Risks, Mistakes, Regrets, and WTF Was I Thinking???

As I was editing and reposting Equipment Financing Part 1, I couldn’t stop cringing at what I was reading. I called my 2010 self an idiot more than I care to admit. I really had absolutely ZERO clue what I was doing. I was just banking on the fact that I was smart and diligent enough to become an ophthalmologist, I was willing to invest the time and energy to learn on the fly, and that I was not afraid to make mistakes that could potentially lead to my financial demise.

The last part is probably the most important key to building a successful solo practice or any other business. You have to be willing to take risks, and have the gall to stomach their consequences. I was more than prepared to crash and burn, and had contingency plans in the unfortunate event that my fears became reality. Unfortunately, this kind of risk-taking behavior is also the exact reason why the barrier for entry into solo medical practice is so high for our generation. In general, doctors tend to be a conservative, risk averse cohort. Even when practicing medicine, we have been taught throughout medical school to avoid gambling with our patients’ lives and well-being, and to do no harm. On top of that, one of the main attractions of medicine is the fact that it near-guarantees a six-figure salary with great job security. Not quite the profession for action junkies and thrill-seekers.

Now, when you send these types of people into unknown territory with the risk of financial ruin, then of course the industry will be fraught with naysayers and doubters. The only reason that the old guard had the gumption to pursue solo practice 30 years ago was because each cataract surgery paid $3,000 versus a paltry $700 today. Any bonehead could probably run a lucrative practice at those rates. It’s just that decreasing reimbursements have now weeded out the bozos from the entrepreneurs. This is exactly why you have well-respected members of the community saying “the days of solo practice have gone the way of the dinosaur.” They might be amazing clinicians and surgeons, but they never felt the impetus to build and hone their business skills. It’s just ironic that the ones that bark and complain about how solo practice has gone downhill are dinosaurs themselves.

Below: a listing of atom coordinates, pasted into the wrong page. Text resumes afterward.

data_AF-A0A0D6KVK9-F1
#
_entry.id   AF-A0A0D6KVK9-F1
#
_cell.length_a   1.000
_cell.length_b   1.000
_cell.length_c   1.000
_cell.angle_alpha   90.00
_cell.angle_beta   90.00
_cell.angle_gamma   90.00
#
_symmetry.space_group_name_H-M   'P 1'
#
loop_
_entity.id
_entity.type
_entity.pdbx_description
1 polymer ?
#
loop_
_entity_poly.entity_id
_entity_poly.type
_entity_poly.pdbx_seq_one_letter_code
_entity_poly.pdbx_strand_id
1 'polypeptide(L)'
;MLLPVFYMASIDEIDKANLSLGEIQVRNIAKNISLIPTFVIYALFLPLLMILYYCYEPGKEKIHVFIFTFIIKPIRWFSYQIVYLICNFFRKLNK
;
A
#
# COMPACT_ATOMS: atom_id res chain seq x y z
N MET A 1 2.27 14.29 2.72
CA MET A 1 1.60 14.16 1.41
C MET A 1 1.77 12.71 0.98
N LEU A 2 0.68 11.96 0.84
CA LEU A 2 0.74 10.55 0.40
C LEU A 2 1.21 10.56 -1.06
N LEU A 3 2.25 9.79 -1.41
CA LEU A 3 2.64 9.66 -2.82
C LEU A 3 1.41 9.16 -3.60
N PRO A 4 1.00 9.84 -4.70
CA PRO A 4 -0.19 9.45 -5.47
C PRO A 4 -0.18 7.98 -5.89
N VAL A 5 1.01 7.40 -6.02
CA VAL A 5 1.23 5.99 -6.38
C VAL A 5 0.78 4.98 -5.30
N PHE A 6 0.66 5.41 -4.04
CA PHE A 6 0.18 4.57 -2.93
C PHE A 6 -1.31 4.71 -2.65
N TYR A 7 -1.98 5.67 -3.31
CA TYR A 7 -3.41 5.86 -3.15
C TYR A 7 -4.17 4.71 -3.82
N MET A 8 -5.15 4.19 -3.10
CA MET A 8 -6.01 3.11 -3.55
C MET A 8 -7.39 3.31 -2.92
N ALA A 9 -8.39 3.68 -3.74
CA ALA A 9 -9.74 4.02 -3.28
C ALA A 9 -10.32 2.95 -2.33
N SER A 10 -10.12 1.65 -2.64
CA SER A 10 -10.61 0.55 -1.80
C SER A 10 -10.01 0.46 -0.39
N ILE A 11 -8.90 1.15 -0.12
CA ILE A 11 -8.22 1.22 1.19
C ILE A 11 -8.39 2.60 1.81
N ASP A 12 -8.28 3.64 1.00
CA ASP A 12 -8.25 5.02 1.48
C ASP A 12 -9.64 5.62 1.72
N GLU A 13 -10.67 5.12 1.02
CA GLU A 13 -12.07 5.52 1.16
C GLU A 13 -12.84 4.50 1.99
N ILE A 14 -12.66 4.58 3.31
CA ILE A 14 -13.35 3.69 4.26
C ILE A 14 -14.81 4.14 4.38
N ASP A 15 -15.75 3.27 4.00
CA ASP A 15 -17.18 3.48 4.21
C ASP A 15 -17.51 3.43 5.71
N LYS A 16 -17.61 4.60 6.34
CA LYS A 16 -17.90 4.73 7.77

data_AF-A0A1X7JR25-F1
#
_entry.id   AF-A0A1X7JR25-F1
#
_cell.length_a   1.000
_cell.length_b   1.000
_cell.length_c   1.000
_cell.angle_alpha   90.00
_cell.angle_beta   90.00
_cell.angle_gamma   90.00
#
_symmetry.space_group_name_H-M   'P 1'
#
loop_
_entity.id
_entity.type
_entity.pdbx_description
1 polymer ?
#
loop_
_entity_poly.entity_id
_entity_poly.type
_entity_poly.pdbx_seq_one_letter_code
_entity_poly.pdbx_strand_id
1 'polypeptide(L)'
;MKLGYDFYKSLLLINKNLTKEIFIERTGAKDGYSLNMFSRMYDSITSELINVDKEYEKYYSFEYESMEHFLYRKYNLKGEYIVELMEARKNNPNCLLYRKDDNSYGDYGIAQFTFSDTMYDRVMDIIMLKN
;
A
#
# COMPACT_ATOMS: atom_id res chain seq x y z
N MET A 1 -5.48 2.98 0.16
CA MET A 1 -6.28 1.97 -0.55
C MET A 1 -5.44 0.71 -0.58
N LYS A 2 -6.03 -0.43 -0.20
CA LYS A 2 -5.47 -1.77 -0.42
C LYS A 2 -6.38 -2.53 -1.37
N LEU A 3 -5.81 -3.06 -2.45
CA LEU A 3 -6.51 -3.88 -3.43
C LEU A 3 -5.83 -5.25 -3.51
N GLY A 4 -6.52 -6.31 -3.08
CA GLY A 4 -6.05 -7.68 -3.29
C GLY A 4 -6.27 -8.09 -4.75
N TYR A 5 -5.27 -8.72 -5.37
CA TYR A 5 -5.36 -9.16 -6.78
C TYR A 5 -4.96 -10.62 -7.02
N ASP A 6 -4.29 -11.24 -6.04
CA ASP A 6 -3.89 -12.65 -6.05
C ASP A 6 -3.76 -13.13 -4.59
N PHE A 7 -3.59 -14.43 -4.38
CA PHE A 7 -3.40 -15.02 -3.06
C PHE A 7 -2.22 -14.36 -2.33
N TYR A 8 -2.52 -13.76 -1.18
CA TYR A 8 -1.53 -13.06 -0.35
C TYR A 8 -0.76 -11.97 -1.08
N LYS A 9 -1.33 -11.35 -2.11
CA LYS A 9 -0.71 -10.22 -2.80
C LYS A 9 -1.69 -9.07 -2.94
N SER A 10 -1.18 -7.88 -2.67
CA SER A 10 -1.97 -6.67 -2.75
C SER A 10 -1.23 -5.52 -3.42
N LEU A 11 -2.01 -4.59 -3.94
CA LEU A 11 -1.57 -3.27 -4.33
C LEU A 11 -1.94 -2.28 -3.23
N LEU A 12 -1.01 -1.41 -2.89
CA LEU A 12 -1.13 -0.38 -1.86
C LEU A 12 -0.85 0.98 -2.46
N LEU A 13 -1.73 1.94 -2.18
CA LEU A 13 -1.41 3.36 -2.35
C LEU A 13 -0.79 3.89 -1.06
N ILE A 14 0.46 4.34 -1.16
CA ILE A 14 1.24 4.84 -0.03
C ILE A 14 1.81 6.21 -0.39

Having re-read my old post, maybe these doomsdayers actually have a point. I had no prior business experience, and most of my 20’s were spent trying to figure out what the heck was the difference between an S3 and S4 or just trying to be able to see the retina with my 78D lens. I never had any formal business training, and was pretty much flying blind. All I had to rely on was a brief 3-part article series on starting a solo practice that a consultant wrote on AAOE, whom also happened to be with the same consulting firm that I had hired before I realized I was being taken for a ride. Everything else was through professor Google.

Now, here’s what I should have NEVER EVER done:

  1. Sign a 5-year lease, that costs $300,000+ in rent, without securing financing. My exhaustion and desperation for any kind of financing clouded my judgment. I should have obtained some sort of commitment letter guaranteeing my financing prior to signing a lease. If I felt Funding Well Capital was shady and wishy-washy, I should have moved on. I was just afraid of not being able to find another lender, and also feared losing what I thought was a good location for my office space at the time. I neglected the fact that it was 2010, and that space was probably going to be available for a while.
  2. Put down a 10% security deposit for Zeiss equipment without having any way to pay for the remaining 90%. I don’t even remember if my security deposit was refundable, and most likely, I probably didn’t even ask. Zeiss, whose sleazy sales tactics and offensive customer service is a topic of another future post by the way, made me think that I HAD to commit before month end if I I wanted to lock in their fiscal year-end “discounts.” This is the oldest salesman trick in the book, and I fell for it like a complete dodo brain. I do believe that you can get a better deal at certain times of the year, but you have to realize that these guys run sales all the time (ie. ASCRS, AAO, end of year, end of fiscal year, etc). Just because you miss one discount period doesn’t mean that there won’t be anymore to come.